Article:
Thursday, July 5, 2012
ORNL in the News

Zacharia: Supercomputers come and go, but ORNL stays No. 1

(Knoxville News Sentinel) No matter who has the fastest supercomputer at the moment, Oak Ridge National Laboratory remains the world's leading institution for scientific computing. That's the stated opinion of Thomas Zacharia, ORNL's deputy director for science and technology. But he said it's widely shared by others...7/5

Stratasys Teams with Oak Ridge National Laboratory to Advance Additive Manufacturing

(TMCnet) 3D printer maker Stratasys announced a joint initiative with the U.S. Department of Energy at Oak Ridge National Laboratory to develop fused deposition modeling additive manufacturing for production use...7/5

Incentives aimed at solar innovations

(Knoxville News Sentinel) Federal funds seeking to stimulate the adoption of solar power are targeting the major barrier to solar expansion — cost — and local research institutions are benefitting. The Department of Energy's SunShot Initiative is focused on reducing the cost of solar power by 75 percent before 2020 and is providing grants and loan guarantees for a range of projects. The University of Tennessee and Oak Ridge National Laboratory have received SunShot funds for research efforts...7/2

National

Northern land routes to be crucial in U.S. withdrawal from Afghanistan

(Washington Post) Even with the reopening of critical supply routes through Pakistan, the U.S. military confronts a mammoth logistical challenge to wind down the war in Afghanistan, where it must withdraw nearly 90,000 troops and enormous depots of military equipment accumulated over the past decade...7/5

DOE

Big buzz surrounding Oak Ridge security

(Knoxville News Sentinel) The government's security contractor, WSI-Oak Ridge (also known as G4S and Wackenhut), recently received a "good" performance rating for its work at the Y-12 nuclear weapons plant for the first six months of fiscal year 2012. That period concluded March 31...7/4

State & Regional

TVA home energy evaluations nearly double

(Knoxville News Sentinel) TVA says its In Home Energy Evaluation program has just about doubled in size from last summer. TVA customers had more than 40,000 energy efficiency inspections done by May this year compared to 25,000 by July 2011, according to TVA...7/4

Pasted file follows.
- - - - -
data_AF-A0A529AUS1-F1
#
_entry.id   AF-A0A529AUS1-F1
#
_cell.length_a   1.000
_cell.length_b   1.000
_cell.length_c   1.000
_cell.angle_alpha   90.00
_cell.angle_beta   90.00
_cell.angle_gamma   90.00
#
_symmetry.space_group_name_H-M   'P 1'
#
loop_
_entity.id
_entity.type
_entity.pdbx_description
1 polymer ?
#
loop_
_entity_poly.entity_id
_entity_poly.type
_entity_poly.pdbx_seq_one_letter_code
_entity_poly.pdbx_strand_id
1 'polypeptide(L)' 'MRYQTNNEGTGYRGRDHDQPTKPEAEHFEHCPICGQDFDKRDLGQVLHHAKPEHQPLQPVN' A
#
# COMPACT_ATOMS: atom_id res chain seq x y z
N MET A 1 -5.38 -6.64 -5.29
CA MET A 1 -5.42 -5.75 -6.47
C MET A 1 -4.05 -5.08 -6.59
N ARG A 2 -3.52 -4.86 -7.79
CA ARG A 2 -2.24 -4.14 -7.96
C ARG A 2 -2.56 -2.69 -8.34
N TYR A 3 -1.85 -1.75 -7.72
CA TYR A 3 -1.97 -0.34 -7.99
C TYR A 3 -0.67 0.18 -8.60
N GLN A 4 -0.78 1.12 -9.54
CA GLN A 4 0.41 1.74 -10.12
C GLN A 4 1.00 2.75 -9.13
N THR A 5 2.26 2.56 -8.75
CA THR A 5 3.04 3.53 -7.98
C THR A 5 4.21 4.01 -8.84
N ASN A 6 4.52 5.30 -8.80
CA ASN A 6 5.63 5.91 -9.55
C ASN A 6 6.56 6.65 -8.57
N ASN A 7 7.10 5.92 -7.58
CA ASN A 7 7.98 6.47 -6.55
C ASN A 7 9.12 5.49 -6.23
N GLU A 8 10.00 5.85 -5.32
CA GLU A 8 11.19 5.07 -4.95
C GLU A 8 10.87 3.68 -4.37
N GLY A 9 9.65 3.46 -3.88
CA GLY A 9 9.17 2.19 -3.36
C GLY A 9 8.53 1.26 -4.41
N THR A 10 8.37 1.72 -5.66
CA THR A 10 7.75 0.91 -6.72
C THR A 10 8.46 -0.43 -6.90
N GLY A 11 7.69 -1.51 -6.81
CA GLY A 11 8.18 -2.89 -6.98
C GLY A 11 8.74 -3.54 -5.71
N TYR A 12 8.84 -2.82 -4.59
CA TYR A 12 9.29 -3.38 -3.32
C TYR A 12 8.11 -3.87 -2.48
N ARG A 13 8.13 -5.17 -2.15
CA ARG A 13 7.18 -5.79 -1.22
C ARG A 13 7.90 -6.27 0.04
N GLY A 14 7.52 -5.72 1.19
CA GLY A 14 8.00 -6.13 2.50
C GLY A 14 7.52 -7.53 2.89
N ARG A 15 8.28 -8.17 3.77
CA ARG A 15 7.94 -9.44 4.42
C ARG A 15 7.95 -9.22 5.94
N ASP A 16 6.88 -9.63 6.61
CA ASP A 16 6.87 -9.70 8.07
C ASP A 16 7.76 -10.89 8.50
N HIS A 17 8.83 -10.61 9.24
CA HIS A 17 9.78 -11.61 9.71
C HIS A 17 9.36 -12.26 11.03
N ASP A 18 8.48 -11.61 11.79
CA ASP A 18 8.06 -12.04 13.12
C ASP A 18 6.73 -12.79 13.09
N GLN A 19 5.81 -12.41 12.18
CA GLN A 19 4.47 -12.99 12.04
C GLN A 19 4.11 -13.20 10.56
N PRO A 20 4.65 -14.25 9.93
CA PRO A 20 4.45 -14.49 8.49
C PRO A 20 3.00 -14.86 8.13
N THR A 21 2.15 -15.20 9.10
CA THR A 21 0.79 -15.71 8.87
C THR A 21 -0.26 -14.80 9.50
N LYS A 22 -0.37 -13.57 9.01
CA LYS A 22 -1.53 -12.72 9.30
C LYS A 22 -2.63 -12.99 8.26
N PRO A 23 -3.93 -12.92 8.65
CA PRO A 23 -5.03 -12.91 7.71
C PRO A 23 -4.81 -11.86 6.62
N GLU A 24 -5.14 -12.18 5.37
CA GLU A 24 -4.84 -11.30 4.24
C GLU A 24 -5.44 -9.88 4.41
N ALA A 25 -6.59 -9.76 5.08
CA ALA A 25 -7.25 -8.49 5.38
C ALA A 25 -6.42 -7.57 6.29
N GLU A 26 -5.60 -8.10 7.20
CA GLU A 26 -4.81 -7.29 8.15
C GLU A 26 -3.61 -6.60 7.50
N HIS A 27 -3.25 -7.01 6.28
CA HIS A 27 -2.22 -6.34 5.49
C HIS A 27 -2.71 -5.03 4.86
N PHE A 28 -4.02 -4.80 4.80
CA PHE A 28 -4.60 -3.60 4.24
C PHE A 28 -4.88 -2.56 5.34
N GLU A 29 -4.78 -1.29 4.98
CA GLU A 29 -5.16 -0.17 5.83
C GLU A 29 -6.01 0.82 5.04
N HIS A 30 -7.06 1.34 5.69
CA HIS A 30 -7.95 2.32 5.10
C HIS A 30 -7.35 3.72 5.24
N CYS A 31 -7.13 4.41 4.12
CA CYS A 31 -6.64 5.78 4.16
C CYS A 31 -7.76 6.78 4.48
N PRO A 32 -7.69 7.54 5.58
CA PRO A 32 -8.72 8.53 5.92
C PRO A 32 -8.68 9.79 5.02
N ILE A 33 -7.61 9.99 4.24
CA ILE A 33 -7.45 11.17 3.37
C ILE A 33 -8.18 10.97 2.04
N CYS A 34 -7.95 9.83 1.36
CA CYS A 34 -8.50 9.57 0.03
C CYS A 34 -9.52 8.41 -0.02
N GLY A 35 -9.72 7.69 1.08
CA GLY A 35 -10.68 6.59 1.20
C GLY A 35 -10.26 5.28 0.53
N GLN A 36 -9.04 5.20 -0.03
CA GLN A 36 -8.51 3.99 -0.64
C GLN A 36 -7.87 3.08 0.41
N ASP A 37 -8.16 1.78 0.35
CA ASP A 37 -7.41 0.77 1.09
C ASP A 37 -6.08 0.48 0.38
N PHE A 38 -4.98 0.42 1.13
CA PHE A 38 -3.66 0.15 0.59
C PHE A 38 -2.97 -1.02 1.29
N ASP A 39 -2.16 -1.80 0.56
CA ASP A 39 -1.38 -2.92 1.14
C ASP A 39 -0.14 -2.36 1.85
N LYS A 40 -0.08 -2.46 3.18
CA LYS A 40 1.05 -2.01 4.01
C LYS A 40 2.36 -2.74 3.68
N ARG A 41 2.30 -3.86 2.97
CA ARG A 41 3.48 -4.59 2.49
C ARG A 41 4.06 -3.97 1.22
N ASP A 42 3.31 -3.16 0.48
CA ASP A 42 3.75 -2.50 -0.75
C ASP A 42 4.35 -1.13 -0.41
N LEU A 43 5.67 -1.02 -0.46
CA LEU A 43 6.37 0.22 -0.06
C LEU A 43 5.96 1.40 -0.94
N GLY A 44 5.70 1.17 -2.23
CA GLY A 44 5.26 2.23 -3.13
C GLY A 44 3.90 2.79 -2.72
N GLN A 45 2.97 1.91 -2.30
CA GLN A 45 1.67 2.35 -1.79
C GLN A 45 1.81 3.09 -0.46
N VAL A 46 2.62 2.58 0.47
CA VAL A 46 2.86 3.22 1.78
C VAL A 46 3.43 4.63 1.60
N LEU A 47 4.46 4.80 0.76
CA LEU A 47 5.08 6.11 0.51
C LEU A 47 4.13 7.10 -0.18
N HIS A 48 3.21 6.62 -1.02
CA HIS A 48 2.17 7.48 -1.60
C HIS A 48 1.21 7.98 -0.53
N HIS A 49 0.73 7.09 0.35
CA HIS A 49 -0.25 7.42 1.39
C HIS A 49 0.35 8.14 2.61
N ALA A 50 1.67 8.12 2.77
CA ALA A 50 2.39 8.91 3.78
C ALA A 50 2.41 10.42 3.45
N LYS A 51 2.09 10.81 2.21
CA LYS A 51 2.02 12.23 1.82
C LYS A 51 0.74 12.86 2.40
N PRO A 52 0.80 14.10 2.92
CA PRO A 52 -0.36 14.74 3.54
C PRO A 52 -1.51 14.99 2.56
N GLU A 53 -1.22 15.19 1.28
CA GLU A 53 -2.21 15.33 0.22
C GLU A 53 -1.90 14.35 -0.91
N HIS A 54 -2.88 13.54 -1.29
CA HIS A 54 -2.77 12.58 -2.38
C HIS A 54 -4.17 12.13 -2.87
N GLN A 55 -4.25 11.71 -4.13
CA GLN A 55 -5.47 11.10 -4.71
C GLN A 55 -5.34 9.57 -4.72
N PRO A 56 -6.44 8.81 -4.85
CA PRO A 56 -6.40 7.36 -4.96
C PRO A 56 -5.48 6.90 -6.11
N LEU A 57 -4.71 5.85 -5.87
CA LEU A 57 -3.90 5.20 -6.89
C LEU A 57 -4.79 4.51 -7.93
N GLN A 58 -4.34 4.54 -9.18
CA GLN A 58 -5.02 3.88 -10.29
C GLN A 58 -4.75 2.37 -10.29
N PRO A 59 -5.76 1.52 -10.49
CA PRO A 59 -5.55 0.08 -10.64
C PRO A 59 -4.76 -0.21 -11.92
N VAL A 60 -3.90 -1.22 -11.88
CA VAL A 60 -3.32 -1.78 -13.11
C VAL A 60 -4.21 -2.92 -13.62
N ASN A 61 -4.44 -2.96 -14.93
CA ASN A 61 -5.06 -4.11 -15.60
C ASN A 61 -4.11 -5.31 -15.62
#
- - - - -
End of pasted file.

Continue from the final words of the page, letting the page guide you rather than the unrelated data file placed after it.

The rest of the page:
East Tennessee

UT physicist helped in 'God particle' discovery

(Knoxville News Sentinel) Five years worth of research and trips to Switzerland paid off for a University of Tennessee physicist, who celebrated in Knoxville on Wednesday as his fellow scientists announced the discovery of the elusive Higgs boson particle — often called the "God particle."...7/5

Oak Ridge’s UCOR Funds Faculty Position as Part of Chancellor’s Faculty Challenge

(Tennessee Today) A major gift from Department of Energy contractor UCOR has established the UCOR faculty fellowship in the University of Tennessee, Knoxville’s College of Engineering. This gift heeds Chancellor Jimmy G. Cheek’s challenge to private supporters to help recruit and retain UT’s most talented faculty...7/3

energy & science policy

Statement by U.S. Secretary of Energy Steven Chu on the Higgs Particle

(Energy.gov) “I congratulate the thousands of scientists around the globe for their outstanding work in searching for the Higgs boson," said U.S. Secretary of Energy Steven Chu. "Today’s announcement on the latest results of this search shows the benefits of sustained investments in basic science by governments around the world. Scientists have been looking for the Higgs particle for more than two decades; these results help validate the Standard Model used by scientists to explain the nature of matter.”...7/4

science & technology

First Photo of Shadow of Single Atom

(Science Daily) In an international scientific breakthrough, a Griffith University research team has been able to photograph the shadow of a single atom for the first time...7/3

Physicists Find Elusive Particle Seen as Key to Universe

(NY Times) Signaling a likely end to one of the longest, most expensive searches in the history of science, physicists said Wednesday that they had discovered a new subatomic particle that looks for all the world like the Higgs boson, a key to understanding why there is diversity and life in the universe...7/4

Friday’s storms raise questions about safety of cloud computing

(Washington Post) Storm-related outages at an Amazon data center in Ashburn prompted some congressional officials on Monday to question whether the federal government is moving too swiftly to put important data on private-sector cloud computing servers...7/2

Science in three dimensions: The print revolution

(Nature) Research labs use many types of 3D printers to construct everything from fossil replicas to tissues of beating heart cells. Arthur Olson’s team at the Scripps Research Institute in La Jolla, California, produces models of molecules; some are shown here partway through the printing process...7/4

California nuclear plant's future in peril

(AP) The future of the troubled San Onofre nuclear power plant could balance on an inescapable question: Is it worth the money to fix it?...7/5

Other Stories

How Knowing a Foreign Language Can Improve Your Decisions

(Scientific American) Thinking in another language changes how people weigh their options...7/3

Japan reactor begins post-tsunami restart

(AP) Nuclear power returned to Japan's energy mix Thursday as the first reactor to be restarted since last year's earthquake and tsunami came back online, ending a nationwide shutdown that left the country without nuclear-generated electricity for the first time since 1970...7/5